This project was completed by the Social Science Team at the Food Standards Agency (FSA).

Food safety matters. There are around 2.4 million cases of food-borne illness annually in the UK costing approximately £9 billion. In 2021 the Food Standards Agency (FSA) developed “Kitchen Life 2”, a project that installs motion-sensitive cameras in kitchens to observe real life behaviour, in other words, cooking, cleaning, and eating. Using a range of supplementary research techniques including surveys, interviews, and food diaries, findings are mapping to the COM-B behavioural framework to understand the rationale for behaviour and explore the “Say/Do Gap”.

100 kitchens were recruited and filmed. Using Lifestream’s Artificial intelligence and human-powered video analytics, the team tagged behaviours like ‘handwashing’ and ‘cleaning knives’, and contexts such as ‘food type’, ‘utensil’ and ‘chopping board’ into a searchable platform. Passive data was collected on things like fridge and freezer temperature. Food Diaries ensured we understood what people cook and when and helped to collect photos of fridges and receipts. A deep dive into behaviours of interest explored the understanding of food hygiene and practices.

The project, which is still live, is providing fresh insight for the FSA’s risk assessment, policy development and behavioural intervention design.

This project was completed by Lynn O’Donnell at the Ministry of Defence (MOD).

Lynn is the lead for the PRISM Employee Support Network, supporting LGBT+ colleagues across MoD. She has been proactive in championing LGBT+ rights and:

  • educates line managers
  • supports colleagues
  • advises our Executive Management Committee, including the Chief Executive
  • promotes stories of LGBT+ people in science
  • supports and reviews new HR policies
  • works with the other employee support networks in Defence Science and Technology Laboratory (DSTL)
  • networks with LGBT+ employee support networks across the other parts of MOD and the civil service
  • sits on the Pride in Defence committee

This project was completed by the Data Science Campus Levelling Up Squad at the Office for National Statistics (ONS).

To help inform contingency planning for potential rail service disruptions, the team were asked to help policy makers from Cabinet Office (CO) visualise the effects of these events on train services at every station across Great Britain.

Adapting complex data, the team produced daily interactive maps that showed service levels at every station in Great Britain, using an existing daily feed of open timetable data from Rail Delivery Group that gives departure and arrival times for every train running. This was presented as an interactive map visualisation which shows the number of scheduled services as a proportion of the timetabled services.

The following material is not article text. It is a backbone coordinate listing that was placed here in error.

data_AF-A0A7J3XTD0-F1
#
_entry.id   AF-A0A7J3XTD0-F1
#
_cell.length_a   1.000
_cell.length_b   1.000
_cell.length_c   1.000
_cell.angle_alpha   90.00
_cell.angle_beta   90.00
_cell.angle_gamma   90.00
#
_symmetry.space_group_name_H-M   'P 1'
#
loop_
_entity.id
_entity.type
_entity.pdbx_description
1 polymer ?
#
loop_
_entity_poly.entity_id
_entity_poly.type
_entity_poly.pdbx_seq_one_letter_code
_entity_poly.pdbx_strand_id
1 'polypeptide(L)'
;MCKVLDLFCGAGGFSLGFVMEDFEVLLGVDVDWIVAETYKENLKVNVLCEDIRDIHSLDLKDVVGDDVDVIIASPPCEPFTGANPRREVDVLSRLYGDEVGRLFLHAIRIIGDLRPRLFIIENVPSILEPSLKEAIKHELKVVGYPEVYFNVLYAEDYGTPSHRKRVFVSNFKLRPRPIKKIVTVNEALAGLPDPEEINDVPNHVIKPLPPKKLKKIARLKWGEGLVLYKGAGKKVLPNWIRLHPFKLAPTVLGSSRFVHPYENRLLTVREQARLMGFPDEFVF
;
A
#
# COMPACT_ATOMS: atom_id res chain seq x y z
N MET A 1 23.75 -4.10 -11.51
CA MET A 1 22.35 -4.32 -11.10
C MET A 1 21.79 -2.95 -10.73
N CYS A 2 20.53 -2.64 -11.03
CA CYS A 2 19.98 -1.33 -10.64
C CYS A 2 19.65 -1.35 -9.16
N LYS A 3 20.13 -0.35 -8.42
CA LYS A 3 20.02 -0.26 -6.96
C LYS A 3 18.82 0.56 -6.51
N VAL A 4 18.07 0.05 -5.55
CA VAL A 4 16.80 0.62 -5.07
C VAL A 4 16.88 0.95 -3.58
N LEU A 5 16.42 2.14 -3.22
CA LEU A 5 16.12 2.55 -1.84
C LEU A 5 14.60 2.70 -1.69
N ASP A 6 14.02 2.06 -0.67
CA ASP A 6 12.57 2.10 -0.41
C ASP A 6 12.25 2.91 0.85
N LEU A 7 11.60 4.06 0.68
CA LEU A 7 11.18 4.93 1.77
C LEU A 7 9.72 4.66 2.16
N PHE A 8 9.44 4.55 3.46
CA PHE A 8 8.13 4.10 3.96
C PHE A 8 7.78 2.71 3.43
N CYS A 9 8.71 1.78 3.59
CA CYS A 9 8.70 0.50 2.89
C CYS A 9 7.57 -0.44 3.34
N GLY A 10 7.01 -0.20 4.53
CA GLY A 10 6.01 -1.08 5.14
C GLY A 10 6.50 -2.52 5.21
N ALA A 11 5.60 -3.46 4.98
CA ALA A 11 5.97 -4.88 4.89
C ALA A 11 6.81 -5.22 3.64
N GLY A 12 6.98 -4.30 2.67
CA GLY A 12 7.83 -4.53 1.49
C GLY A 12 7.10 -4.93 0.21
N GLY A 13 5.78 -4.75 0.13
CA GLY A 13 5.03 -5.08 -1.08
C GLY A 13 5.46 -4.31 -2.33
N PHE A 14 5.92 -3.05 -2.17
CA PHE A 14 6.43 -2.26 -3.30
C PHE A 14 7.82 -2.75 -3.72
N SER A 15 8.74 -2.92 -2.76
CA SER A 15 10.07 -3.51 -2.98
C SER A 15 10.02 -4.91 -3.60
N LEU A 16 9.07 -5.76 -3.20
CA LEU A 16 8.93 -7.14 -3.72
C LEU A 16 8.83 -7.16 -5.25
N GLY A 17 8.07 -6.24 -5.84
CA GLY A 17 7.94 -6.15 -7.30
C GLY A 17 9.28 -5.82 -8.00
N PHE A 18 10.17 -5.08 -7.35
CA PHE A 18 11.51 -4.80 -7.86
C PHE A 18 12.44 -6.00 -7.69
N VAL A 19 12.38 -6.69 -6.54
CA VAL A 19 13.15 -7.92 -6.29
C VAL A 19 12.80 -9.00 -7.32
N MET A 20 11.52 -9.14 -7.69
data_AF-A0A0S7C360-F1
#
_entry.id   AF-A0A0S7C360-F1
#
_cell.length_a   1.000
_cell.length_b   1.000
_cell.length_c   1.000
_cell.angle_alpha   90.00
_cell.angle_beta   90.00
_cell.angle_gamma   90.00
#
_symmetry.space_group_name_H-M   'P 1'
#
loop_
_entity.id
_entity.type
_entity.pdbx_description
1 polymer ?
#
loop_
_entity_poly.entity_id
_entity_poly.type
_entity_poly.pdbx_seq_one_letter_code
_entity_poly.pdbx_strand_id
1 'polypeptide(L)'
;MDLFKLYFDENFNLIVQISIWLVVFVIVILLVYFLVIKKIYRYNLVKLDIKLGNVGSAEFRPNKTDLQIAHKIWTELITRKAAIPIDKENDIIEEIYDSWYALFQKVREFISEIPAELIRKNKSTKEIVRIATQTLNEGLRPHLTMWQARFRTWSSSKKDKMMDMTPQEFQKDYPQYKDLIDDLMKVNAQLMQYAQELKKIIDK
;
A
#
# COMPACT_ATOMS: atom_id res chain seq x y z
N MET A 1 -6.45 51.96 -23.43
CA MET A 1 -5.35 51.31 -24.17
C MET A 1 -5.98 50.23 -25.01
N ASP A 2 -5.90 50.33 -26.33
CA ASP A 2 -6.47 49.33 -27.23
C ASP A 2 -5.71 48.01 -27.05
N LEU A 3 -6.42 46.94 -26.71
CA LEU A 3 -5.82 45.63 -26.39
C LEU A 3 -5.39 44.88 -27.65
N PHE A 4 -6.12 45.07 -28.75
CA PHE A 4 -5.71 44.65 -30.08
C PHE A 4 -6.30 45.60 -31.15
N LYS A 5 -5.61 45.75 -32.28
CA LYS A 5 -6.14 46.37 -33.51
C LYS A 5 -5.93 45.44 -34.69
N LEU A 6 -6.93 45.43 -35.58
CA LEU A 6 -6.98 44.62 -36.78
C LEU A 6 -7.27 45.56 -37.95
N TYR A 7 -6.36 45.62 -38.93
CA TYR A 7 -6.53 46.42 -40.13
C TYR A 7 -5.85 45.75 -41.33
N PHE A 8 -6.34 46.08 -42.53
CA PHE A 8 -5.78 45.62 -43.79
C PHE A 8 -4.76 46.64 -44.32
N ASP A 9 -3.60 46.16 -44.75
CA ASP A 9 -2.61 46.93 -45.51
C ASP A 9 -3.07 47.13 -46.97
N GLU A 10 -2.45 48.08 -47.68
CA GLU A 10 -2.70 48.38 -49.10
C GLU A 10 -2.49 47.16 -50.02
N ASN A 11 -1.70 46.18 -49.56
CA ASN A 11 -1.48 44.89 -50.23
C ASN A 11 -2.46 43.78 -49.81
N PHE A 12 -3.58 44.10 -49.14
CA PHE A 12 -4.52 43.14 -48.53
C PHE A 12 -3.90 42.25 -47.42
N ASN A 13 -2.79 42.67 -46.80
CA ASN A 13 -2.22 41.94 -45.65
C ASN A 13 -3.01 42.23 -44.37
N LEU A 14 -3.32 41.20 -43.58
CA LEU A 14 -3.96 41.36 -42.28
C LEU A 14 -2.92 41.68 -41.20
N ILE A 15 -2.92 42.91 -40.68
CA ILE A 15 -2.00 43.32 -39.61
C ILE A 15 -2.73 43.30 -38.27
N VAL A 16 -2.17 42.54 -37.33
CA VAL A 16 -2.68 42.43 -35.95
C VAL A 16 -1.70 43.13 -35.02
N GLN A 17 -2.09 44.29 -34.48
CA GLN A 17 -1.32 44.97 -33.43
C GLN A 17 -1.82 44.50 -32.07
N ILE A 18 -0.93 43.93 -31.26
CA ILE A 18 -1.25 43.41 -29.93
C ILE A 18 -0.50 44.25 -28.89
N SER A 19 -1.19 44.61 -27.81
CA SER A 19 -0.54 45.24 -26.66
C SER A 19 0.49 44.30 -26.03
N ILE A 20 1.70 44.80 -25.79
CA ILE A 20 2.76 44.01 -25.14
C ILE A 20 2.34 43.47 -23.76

The work was produced with a very rapid turnaround of approximately two weeks from the original ask. This meant that SitCen had enough time for the visualisations to be available for the Commonwealth Games in Birmingham. The blog and interactives were well received publicly, and the code to ingest the data has now been shared with other government departments including the Department for Levelling Up, Housing and Communities (DLUHC) for use in other project work.

This project was completed by the Demographic Statistics and Vital Events team at the National Records of Scotland (NRS).

Statisticians from National Records Scotland have worked together on the production of a two-part BBC Scotland documentary called “Who lives in Scotland?”. The team worked with producers to determine the tone and accuracy of the broadcast and highlight the importance of analysis in informing decisions related to everyday life.

The team spent six months working with programme producers. They identified important stories on this subject, the statistics that underpin them, and the best ways to present and explain them to a general audience. They also worked with visualisation experts to ensure all visuals were accessible to everyone and complemented the narrative.

The documentary has been very successful and helped develop stronger links with the media and trust in analysis. The programme was aired during Prime Time on BBC Scotland and was the most-watched show at 9pm on 24 October 2022.

How to vote

This is your opportunity to have your say. You can vote by completing our online form and selecting the nomination you think should win. Voting will close on Friday 24 February 2023.

Vote now and encourage your friends, colleagues, and network to do so too!